Stone Mountain, GA — The Stone Mountain City Council is considering opening up a new round of relief for residents affected by the COVID-19 pandemic.
The city distributed $150,000 to 63 families to help with mortgage, rent and utility payments earlier this year. A second round of funding in the amount of $92,000 was discussed at a council work session on Tuesday.
The city is still awaiting receipt of some $2.4 million in pandemic relief funds as part of the American Rescue Plan Act that President Joe Biden signed into law in March, according to City Manager ChaQuias Miller-Thornton. This is an increase over the $1.9 million the city originally expected to get. Miller-Thornton recommended that the council hold a special called meeting to discuss how to allocate the funds, so the city is ready to distribute them once received.
“We want to make sure every possible need we have can be met with these funds,” she said.
The money has to be spent by the end of 2024.
Several council members voiced concerns about a plan to return to in-person meetings next month, citing the increasing number of COVID-19 infections due to the Delta variant.
“Are we setting ourselves up for a super-spreader event?” Councilmember Clint Monroe said.
The council will consider having a special called meeting to delay starting in-person meetings in light of the concerns. They originally planned to return to in-person meetings on Aug. 3. The meetings will continue to be livestreamed either way, according to Miller-Thornton.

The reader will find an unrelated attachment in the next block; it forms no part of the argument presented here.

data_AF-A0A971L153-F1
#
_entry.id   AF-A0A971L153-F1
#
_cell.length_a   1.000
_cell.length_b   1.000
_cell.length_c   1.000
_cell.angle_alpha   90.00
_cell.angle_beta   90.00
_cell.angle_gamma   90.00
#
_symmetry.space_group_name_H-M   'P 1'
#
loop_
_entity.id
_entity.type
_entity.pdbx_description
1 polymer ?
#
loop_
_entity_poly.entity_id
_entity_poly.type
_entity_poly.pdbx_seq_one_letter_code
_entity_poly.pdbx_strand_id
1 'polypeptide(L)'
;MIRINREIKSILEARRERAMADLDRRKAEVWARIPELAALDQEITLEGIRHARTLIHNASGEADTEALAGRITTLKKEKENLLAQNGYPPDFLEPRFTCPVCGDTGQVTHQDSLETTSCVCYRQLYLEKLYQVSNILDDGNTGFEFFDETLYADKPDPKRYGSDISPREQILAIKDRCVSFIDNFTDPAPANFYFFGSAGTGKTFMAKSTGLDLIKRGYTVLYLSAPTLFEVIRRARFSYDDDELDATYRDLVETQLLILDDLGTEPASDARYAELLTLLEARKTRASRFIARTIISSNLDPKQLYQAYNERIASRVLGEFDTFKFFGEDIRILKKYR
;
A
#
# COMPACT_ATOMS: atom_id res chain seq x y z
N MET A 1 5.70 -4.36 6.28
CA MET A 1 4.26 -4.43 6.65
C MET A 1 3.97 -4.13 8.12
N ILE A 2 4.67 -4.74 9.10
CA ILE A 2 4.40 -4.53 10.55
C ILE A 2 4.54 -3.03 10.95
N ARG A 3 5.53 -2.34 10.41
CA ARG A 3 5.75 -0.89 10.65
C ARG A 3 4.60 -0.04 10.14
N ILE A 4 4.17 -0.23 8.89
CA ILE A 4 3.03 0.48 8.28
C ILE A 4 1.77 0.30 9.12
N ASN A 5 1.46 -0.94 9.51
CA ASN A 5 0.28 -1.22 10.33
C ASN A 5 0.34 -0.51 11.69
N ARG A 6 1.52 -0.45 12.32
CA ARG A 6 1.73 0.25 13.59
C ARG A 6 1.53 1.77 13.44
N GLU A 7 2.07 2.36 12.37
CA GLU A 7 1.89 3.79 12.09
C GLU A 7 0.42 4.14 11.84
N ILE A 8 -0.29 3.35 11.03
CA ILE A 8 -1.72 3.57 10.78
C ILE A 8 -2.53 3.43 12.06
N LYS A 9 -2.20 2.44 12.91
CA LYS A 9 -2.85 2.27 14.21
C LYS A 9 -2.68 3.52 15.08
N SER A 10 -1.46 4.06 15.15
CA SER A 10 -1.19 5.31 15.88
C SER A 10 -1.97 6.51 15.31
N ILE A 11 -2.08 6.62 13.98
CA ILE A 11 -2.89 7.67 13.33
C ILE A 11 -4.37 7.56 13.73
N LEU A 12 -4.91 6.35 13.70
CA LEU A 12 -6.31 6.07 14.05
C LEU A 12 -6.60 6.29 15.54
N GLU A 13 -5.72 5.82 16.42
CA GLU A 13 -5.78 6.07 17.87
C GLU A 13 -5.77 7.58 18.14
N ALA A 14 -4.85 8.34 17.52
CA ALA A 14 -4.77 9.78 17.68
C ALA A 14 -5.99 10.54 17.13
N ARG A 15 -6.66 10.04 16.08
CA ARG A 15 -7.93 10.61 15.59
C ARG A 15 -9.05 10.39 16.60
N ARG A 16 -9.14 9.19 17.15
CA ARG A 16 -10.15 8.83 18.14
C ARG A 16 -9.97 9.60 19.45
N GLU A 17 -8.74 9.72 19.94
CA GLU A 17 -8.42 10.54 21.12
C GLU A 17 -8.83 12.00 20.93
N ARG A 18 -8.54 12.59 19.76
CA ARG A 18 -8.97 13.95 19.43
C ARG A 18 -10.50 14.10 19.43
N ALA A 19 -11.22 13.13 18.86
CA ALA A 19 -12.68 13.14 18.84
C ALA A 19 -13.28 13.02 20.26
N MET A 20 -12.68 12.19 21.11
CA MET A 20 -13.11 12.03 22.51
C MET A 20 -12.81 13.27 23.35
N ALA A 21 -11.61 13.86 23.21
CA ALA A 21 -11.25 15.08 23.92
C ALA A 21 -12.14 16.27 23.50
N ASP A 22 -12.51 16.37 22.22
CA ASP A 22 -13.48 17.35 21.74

The council voted unanimously to move forward with consideration of a blight tax on derelict properties in the city. The tax will help the city fund the restoration of such properties and encourage owners to maintain their properties, according to Miller-Thornton.
The Stone Mountain Police Department and the city are preparing to get more aggressive about nuisance properties, according to Sgt. Bob Hillis.
“The city manager and I met with the solicitor and we’ve decided to hardily move forward with bringing some of these properties before the court with nuisance abatement,” Hillis said. “We’ve got a few that are historic buildings that are falling apart and we can’t have that.”
They will make one last effort to give owners of an unspecified list of properties the opportunity to address the issues.
“This is something that we now are going to take very seriously and we intend to push forward really hard to get some of these properties taken care of,” Hillis said.
Kayla Johnson, the city’s new Downtown Development Authority director, reported that the DDA approved holding the Tunes by the Tracks concert series downtown on Fridays and Saturdays in September and October. The DDA also approved a contract for a Mardi Gras festival and parade in February. Johnson gave the council the contracts to review.
In a special called meeting before the work session, the council voted to approve paying $26,300 to a contractor to replace a pipe on Stonedraw Court.
“They have to dig up the whole pipe and replace it from end to end,” Parks and Recreation Director Jim Tavenner said.
The vote increased the existing contract for work at the site from $107,100 to $133,400.
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